Dealing With Adult ADHD
I have only been medicated for four months now. I’m on Adderall, low dosage. I have to take it twice a day because it only lasts for up to five hours. “Up to” being a key word, as I was told that some people may only get three or four hours at best out of it. I didn’t notice any difference for the first few days, but I did toward the end of that week. It was incredible for me.
Have you ever talked to someone who has had some sort of physical ailment for years? Stomach pains, persistent headaches, back pains, etc. If they are lucky enough to one day have that pain removed, I’m sure they’ll tell you something to the effect of “I didn’t know what it felt like to not have the pain”. They became so used to it, it just felt part of their usual physical makeup that they didn’t know they could feel any other way. That’s what it felt like for me, I didn’t know what it was like to not feel distracted all the time.
I didn’t think I had ADHD until about six months ago. Before then I always assumed I was just a slacker, that I lacked the mental fortitude that others had. I was just lazy, and it was all my fault. Times when things went south at work, the reason I couldn’t stay at a job for more than 18 months, any time I failed or struggled with a task, I was just being lazy. I just wasn’t trying hard enough, enough though I felt like I was trying my hardest to remain focused. Imagine you are standing at a window and you are tasked with looking though the window and making sense of what you see. One problem you face is the glass is dirty and riddled with cracks. Not just a few smudges, it looks like the glass was made from half sand and half dirt. You can see some stuff, but you really have to strain to see. Some days it seems like no matter what you do you just can’t make sense of anything on the other side. People are getting frustrated that you can’t just tell them what’s on the other side. Someone else walks up to the same window, squints a little, then exclaims “Oh! That’s so easy” and they have it all figured out. That only frustrates you, person after person comes up to show you just how easy it is. Why can’t you do it too?
Enter the medicine, and suddenly the glass is clean and whole. You may not immediately make sense of what you see, but you can finally see clearly. That’s what it feels like. Things that I had tried to learn before, concepts I struggled with for over a month, were now clicking in just an afternoon. Now, instead of feeling guilty over not being able to be as good as others I struggle with feelings of not being able to cut it on my own. Now I require pills to just think properly on a consistent basis.
Before you judge that I am lazy, let me tell you why I hate feeling as though others expect the pills work 24 hours a day. They don’t, they are a very low dosage. Part of a person’s brain is like a store. That store is the section for creativity, productivity, motivation, and mental stamina for writing code. Some people have a store that is open 24 hours and offers high-end products, others may not be as high quality but they are still open late. My brain? It’s run by monkeys, and not the cute and smart kind. The pills chase away the monkeys and make sure the store is open running from 8 AM to 5 PM, but after that I’m out of luck. There are some days where I can do some work in the evening, but most days my mental store just isn’t open. No matter how badly I want it to be, it just isn’t there for me. Sometimes people expect me to be able to work late. My doctor told me to not take a pill after 7 PM and I only get two pills per day. So what window of time do I sacrifice to the non-productive monkeys? The pills aren’t an on/off situation. They don’t start immediately and just suddenly quit at the end of the five hours. They work gradually, so I really only get two to three hours at my “peak”.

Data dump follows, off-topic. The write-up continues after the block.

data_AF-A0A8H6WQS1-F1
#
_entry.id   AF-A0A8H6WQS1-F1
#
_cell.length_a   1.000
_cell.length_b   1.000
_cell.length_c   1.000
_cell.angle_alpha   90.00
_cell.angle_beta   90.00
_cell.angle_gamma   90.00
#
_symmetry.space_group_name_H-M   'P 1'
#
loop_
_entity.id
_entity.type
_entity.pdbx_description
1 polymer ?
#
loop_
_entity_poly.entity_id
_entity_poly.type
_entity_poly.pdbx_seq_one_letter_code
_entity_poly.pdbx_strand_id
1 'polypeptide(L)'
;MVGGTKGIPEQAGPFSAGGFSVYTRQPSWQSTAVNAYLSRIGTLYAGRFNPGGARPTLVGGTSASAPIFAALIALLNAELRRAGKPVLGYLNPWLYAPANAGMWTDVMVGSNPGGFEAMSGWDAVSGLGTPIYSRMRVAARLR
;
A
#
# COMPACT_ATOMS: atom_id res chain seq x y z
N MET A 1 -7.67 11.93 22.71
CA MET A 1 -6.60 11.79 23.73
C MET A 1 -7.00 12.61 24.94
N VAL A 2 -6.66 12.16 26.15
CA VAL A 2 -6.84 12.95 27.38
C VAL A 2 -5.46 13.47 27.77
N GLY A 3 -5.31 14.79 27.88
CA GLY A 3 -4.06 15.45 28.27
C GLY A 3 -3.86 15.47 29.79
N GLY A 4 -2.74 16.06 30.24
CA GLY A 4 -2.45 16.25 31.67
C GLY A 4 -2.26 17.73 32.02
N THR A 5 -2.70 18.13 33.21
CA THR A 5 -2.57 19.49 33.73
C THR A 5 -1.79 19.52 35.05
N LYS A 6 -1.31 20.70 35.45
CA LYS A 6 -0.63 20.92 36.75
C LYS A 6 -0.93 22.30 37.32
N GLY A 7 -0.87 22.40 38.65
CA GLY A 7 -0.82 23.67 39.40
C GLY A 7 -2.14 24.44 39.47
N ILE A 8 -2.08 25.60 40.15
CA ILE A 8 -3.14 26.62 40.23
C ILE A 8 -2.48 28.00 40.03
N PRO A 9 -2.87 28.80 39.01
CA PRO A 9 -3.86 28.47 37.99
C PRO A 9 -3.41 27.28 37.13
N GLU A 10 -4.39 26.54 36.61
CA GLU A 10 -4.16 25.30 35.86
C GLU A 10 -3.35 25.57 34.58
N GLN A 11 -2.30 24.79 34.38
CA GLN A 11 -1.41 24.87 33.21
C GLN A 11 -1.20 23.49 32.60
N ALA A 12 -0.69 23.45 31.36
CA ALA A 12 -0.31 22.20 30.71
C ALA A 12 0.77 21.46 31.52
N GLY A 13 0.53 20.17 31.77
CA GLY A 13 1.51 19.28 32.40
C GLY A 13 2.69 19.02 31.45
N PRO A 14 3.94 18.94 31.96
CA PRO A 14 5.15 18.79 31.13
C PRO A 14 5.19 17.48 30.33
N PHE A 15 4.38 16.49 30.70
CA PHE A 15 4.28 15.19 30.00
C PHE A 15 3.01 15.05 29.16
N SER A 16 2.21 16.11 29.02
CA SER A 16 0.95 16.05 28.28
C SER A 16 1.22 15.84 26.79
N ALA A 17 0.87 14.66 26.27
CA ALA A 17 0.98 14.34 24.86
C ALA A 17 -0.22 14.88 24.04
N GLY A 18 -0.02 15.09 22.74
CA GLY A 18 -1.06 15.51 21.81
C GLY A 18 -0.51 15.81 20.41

Most days that I don’t take my pill, it is mentally exhausting to just try to not completely waste time. I will open up my editor, stare at my screen, read my open tickets, and I just don’t have the mental energy to write a single line. No matter what I do to try to mentally prepare or motivate myself, nothing works. Those days are the worst. My better days, I still miss things that I should have caught. Things that I shouldn’t have even written, and usually I don’t when I have my pills.
I am broken. If I had a heart problem, no one would mind at all if I took pills for that. If I had a bad leg, no one would think I was being lazy to use a cane. But take a pill because my brain isn’t working like normal? Suddenly, it’s a stigma. It is just as bad with depression or other mental roadblocks. So when I see people admit that they have a problem, I think they are being strong. I stand with them, because I have a problem too. I’m trying to figure my way around, and I’m doing the best I can.